A hypothesis on how to exert more influence and visibility inside the corporation
One of the paradoxes of my career is to be recognized as a thought leader and influencer on the web among tech comm circles but to feel relatively insignificant and invisible at my place of work. In other words, to be a blogebrity online among the tech comm crowd, but to just be a nameless commoner at work with everyone else. This year I’d like to fix that … somehow.
I don’t have any solid answers, but here’s my hunch on the strategy: Surely the same principles of influence and visibility on the web must apply within corporate walls as well, right? I mean, do corporations function so differently from the web? If not, couldn’t I use the same basic principles for influence online to wield more influence and visibility at work?
The formula for influence on the web, as I’ve come to experience it, is fairly simple: write content (about a specific topic) and share it with people (interested in that topic). Repeat over and over. In time, everybody gets to know you, and if they like what you write, that affinity carries over into other areas.
However, there’s one key difference — at least with my content — between the web and the corporation: the audience. On the web, I write a blog geared towards others tech comm professionals. I have no visibility or influence outside of this domain. But at work, the people I want to influence aren’t other technical writers. I want to influence business leaders — product managers, field engineers, business developers, support groups, UX, product development, program managers, and more. I have about the same influence on business leaders on the web as at work — that is, not much.
Writing about documentation-related topics won’t influence business leaders much, since their interests focus on other matters with other priorities. But there is one common topic that overlaps across discipline lines, whether your focus is documentation or product revenues or other matters: the customer experience.
No matter what your department, almost everyone seems to have a mutual interest in understanding the customer experience. One way or another, the customer experience drives many business decisions, and as such, writing about topics related to the customer experience, even if it’s through the lens of documentation, might be sufficient enough to strike a cord of relevance? At least that’s my hope.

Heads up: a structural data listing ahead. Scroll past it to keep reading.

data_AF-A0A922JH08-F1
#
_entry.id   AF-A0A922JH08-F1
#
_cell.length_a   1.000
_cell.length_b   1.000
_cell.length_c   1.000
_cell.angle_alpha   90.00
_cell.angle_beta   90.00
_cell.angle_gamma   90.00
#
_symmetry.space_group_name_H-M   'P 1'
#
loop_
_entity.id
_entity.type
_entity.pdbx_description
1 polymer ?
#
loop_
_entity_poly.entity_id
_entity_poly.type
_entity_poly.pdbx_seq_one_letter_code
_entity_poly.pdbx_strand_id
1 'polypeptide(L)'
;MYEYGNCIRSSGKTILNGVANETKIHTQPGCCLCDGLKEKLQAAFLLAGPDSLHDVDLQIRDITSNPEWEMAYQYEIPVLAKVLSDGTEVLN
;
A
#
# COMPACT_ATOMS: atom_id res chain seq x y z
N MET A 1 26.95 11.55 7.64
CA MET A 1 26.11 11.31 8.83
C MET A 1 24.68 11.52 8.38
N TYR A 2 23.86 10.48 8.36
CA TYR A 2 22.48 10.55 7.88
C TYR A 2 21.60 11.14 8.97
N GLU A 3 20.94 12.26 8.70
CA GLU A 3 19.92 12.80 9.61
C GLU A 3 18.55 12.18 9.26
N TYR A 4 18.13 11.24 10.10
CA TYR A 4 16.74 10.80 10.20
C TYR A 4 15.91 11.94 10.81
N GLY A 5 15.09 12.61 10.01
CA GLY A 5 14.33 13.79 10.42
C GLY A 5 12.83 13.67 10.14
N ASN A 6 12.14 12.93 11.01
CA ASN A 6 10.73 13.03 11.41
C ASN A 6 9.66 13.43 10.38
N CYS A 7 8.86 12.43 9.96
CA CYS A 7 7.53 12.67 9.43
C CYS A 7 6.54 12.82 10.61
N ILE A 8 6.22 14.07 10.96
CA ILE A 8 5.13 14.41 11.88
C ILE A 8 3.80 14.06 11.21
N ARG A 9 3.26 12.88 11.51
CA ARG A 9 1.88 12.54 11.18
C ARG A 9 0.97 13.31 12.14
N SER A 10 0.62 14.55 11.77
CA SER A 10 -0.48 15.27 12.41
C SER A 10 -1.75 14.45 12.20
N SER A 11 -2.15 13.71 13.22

For example, each of the following customer-experience topics would resonate with both documentation groups and business groups:
- What’s the customer experience with our products?
- What’s the customer experience on other products?
- What are our customers’ pain points?
- What customer behavior can we infer from web analytics?
- What’s the customer experience on our website?
- What customer insights do we get from the large, quarterly surveys?
- Where can people go to find information about their customers?
- How is the doc affecting the customer experience?
- What are people saying/writing about our products?
- Who are our customers?
We all know that learning about your audience is key to any writing endeavor, whether you’re writing documentation or blog entries. (I noted in this in my essay Principle 6: Reconstruct the absent user.) My hunch is that learning more about your customers is also key to many other disciplines as well, such as field engineering, product management, business development, and more. If so, I could build on this common interest as a focus to create content that influences my target business-leader audience.
There are many other questions to answer here, mostly strategic in nature, such as how to gather the audience (email lists?), how to construct effective internal communication (short narrative emails?), how to measure insights and feedback (survey tools?). But the fundamental formula for influence is the same — write content, focusing on the right topic, and share it with the right people who have interest in that topic. Any thoughts on this approach?
About Tom Johnson
I'm an API technical writer based in the Seattle area. On this blog, I write about topics related to technical writing and communication — such as software documentation, API documentation, AI, information architecture, content strategy, writing processes, plain language, tech comm careers, and more. Check out my API documentation course if you're looking for more info about documenting APIs. Or see my posts on AI and AI course section for more on the latest in AI and tech comm.
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